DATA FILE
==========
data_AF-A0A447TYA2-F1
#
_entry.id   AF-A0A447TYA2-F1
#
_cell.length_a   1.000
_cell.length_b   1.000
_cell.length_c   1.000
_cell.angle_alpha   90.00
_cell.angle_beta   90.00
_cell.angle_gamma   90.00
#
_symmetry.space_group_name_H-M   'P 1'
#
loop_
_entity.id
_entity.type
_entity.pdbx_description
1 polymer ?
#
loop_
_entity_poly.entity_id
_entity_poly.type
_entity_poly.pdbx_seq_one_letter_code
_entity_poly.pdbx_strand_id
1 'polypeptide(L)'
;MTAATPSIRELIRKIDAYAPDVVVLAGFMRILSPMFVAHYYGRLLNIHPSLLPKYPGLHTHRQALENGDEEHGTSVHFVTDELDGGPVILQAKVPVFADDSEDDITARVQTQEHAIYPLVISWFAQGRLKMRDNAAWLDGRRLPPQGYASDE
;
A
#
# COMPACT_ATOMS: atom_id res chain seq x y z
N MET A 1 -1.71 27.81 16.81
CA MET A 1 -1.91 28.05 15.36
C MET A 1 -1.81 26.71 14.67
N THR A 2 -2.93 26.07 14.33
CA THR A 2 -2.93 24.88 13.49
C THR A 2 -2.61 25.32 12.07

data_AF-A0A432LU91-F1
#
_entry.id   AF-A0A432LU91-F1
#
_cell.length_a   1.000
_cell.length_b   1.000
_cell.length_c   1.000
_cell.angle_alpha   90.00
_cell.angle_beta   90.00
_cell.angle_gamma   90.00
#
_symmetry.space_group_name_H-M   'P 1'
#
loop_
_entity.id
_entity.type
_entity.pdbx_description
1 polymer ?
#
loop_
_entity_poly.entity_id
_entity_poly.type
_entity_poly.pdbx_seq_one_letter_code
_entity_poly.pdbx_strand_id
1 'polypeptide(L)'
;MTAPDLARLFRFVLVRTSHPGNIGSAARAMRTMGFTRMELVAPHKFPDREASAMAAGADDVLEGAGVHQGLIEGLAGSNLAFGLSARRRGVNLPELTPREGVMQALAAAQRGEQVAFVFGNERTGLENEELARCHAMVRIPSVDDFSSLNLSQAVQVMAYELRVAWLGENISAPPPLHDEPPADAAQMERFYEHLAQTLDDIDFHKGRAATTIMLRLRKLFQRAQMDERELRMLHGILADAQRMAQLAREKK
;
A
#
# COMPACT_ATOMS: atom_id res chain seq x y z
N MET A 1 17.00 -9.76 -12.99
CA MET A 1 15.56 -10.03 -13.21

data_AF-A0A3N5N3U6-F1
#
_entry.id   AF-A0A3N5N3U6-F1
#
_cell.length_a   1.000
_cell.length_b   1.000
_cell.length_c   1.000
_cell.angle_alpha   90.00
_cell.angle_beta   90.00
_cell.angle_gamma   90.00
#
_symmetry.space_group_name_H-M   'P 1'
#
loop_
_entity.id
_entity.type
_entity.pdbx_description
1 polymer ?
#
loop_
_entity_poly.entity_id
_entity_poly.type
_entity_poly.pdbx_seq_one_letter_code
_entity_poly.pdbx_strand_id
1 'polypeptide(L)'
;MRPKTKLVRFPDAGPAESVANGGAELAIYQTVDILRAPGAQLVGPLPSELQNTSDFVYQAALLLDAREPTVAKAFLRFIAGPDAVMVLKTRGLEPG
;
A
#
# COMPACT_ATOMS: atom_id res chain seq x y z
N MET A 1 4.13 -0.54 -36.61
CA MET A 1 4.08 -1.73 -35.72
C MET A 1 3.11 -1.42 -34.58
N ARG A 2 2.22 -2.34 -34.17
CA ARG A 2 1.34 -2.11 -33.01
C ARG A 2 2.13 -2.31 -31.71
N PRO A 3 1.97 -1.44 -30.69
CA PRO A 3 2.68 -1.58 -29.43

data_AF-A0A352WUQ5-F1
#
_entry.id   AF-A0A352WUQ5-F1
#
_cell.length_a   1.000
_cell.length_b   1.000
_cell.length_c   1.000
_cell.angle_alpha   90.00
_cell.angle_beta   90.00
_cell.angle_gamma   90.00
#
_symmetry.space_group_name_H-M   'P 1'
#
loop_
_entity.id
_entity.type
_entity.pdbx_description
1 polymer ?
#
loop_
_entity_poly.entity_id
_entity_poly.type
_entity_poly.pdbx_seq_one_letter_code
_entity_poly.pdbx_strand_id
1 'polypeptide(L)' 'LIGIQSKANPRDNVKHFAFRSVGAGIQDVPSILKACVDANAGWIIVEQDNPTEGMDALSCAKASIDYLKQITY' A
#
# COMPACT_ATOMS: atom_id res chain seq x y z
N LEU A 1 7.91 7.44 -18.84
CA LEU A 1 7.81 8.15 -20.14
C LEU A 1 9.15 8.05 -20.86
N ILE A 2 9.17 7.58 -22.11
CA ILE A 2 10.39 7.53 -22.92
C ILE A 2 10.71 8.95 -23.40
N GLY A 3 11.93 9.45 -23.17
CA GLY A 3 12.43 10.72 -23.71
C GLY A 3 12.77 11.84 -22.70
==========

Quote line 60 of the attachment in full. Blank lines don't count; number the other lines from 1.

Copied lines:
_entity_poly.pdbx_strand_id